Working with the National Wildlife Crime Unit I have been planning a number of training sessions for Police Wildlife Crime Officers. In early June we will deliver a national training session for well over 100 PWCOs on raptor persecution investigations, including investigative techniques for sat-tagged birds. This will be followed later in the month by a bespoke briefing and training session for PWCOs in the south of the country, focusing on the White Tailed Sea Eagle reintroduction.
In the coming weeks I have taken a few days leave to complete some raptor nest monitoring and field work with a number of key individuals. I also have a meeting with the Crown Prosecution Service (CPS) Lead for Wildlife Crime and a 10 mile raptor persecution awareness raising run in North Yorkshire.
Please be reassured that while I cant always tweet or blog about the work I am doing there will be a few more blogs over the coming weeks as some of the other important work I have been doing behind the scenes starts to come to fruition.
Let’s all hope for a few dry and warm weeks for our birds.
Phot Credit- unknown
Today I headed back to North Yorkshire with my now famous coat, this time to Chair my second RPPDG meeting, this blog will give a very quick overview of the meeting.
It was great to have a full house at the meeting, with a number of attendees having made considerable journeys to be there. Following the much spoken about January meeting, it was also great to have every member organisation represented. It was fantastic to once again welcome our guests as they continue to explore the help and support they are able to offer the group in the fight against the ongoing raptor persecution, I remain confident they will join the group as core members.
An important step forward today was agreeing the groups Terms of Reference, which will guide meetings moving forwards and importantly ensure we remain focused and on track. Our birds rely on member organisations pulling together and working to deliver sustainable change, as Chair I will guide this activity.
A considerable chunk of the meeting focused on the newly created Tactical Delivery Plan, which was created following the national workshop held at the end of 2018. Following considerable work refining the document, a significant number of actions were agreed today and owners have now been allocated. While not all members will be able to deliver against every single action, there was overwhelming energy and commitment to make meaningful progress.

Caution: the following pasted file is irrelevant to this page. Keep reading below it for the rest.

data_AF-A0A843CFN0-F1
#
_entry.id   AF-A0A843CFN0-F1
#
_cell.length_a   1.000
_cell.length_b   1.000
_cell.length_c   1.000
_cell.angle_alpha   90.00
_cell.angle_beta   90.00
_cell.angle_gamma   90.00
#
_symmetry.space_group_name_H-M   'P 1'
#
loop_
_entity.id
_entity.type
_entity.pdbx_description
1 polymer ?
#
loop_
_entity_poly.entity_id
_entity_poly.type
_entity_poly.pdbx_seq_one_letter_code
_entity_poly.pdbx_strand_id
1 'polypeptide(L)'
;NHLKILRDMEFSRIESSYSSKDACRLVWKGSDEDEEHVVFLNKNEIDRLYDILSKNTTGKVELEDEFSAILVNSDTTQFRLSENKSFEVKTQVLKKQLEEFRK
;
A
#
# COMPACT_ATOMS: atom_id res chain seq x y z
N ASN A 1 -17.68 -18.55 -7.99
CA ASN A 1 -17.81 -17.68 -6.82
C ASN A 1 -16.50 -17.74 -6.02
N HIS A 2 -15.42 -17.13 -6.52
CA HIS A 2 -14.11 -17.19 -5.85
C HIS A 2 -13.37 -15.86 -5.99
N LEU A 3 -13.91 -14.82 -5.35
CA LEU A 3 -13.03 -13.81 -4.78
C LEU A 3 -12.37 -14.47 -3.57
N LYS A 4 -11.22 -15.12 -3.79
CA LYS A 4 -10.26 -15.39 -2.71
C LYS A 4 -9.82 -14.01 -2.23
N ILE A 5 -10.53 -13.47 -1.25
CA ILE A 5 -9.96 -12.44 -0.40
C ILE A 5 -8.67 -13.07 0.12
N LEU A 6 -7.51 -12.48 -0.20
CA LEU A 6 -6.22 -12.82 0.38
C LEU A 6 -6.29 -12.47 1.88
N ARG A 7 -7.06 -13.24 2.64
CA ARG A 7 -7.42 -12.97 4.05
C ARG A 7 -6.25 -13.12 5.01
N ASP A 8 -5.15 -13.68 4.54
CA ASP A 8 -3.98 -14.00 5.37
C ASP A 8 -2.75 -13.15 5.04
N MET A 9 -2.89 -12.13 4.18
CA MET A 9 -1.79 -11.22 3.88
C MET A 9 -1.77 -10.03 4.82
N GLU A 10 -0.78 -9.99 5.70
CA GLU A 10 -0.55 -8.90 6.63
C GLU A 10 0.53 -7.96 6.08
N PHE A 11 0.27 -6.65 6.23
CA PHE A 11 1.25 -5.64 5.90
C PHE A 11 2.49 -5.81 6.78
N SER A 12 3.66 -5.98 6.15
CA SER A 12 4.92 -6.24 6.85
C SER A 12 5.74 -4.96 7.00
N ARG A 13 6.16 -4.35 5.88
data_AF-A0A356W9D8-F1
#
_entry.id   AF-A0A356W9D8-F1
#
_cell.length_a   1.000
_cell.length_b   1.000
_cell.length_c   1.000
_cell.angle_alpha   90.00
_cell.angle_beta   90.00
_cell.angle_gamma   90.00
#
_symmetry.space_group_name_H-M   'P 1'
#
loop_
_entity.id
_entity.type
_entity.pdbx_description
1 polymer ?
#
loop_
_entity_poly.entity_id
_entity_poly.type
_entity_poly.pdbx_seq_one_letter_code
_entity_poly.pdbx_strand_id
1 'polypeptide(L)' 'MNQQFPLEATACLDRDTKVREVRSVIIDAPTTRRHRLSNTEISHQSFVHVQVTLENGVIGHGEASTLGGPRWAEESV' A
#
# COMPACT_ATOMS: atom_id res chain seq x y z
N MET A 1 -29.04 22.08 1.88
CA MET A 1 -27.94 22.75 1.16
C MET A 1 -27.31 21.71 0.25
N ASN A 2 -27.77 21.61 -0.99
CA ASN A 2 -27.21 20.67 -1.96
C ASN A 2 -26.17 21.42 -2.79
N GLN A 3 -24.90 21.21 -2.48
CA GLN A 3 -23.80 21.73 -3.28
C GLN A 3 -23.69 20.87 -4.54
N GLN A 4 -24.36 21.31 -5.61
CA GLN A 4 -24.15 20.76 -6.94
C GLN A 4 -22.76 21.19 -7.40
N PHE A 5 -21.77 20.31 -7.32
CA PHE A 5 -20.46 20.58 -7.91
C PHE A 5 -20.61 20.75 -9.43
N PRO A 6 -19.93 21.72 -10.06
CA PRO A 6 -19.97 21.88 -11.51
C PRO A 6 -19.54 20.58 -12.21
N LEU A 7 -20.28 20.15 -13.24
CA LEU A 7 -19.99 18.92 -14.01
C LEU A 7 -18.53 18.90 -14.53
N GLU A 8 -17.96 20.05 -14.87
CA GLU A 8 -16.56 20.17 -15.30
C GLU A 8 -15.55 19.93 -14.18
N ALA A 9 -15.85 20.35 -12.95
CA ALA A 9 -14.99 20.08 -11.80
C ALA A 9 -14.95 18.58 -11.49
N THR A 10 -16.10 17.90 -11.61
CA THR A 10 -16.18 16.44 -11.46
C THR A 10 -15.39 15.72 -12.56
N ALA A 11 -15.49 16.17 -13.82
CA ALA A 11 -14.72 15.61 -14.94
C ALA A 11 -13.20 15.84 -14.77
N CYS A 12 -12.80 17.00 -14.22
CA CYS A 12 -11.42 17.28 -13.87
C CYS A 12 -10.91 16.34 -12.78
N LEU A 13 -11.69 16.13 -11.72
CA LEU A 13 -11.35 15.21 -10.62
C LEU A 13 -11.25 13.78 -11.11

I updated the group on plans for Operation Owl, which has now been agreed by DCC Craig Naylor as a national `brand` for raptor persecution awareness raising. I will lead this initiative in my role as RPPDG Chair, working with partners to deliver a suite of meaningful activities, these plans are already developing well (blog to follow). Further updates included the progression of the newly forming Enforcement Sub-Group, the Golden Eagle Southern Scotland release, Hen Harrier Action Plan, White Tailed Sea Eagle Project and WIIS Scheme.
We meet again in early July….
Photo Credit- Guy Shurrock- RSPB
Today I had the absolute pleasure of visiting Rutland Osprey’s to meet with Tim Mackrill and Lloyd Park. We spent some considerable time talking about the great work being done at Rutland Water to ensure that year after year the Ospreys return for successful breeding seasons. It was great to hear about the number of birds already in the area this year and I cant wait to visit them later in the year to catch up on progress.
I met with Tim to understand in more detail the plans for the White Tailed Eagle reintroduction on the Isle of Wight and the plans for continued Osprey reintroduction in the Poole Harbour area. It is vital that we have strong plans in place with the local police wildlife crime officers, the National Wildlife Crime Unit and wider partners to ensure that these birds are protected and if persecution occurs that they have a detailed understanding of the investigative techniques required. We have started to develop some robust plans in this area and I look forward to nailing down the finer detail over the coming months.
I wish to thank Tim and Lloyd for their hospitality, their insight and their time today. I’m excited about building strong working relationships with you and your teams, as we all look to secure successful reintroductions of these amazing birds, OUR amazing birds.
Photo Credit- Rutland Ospreys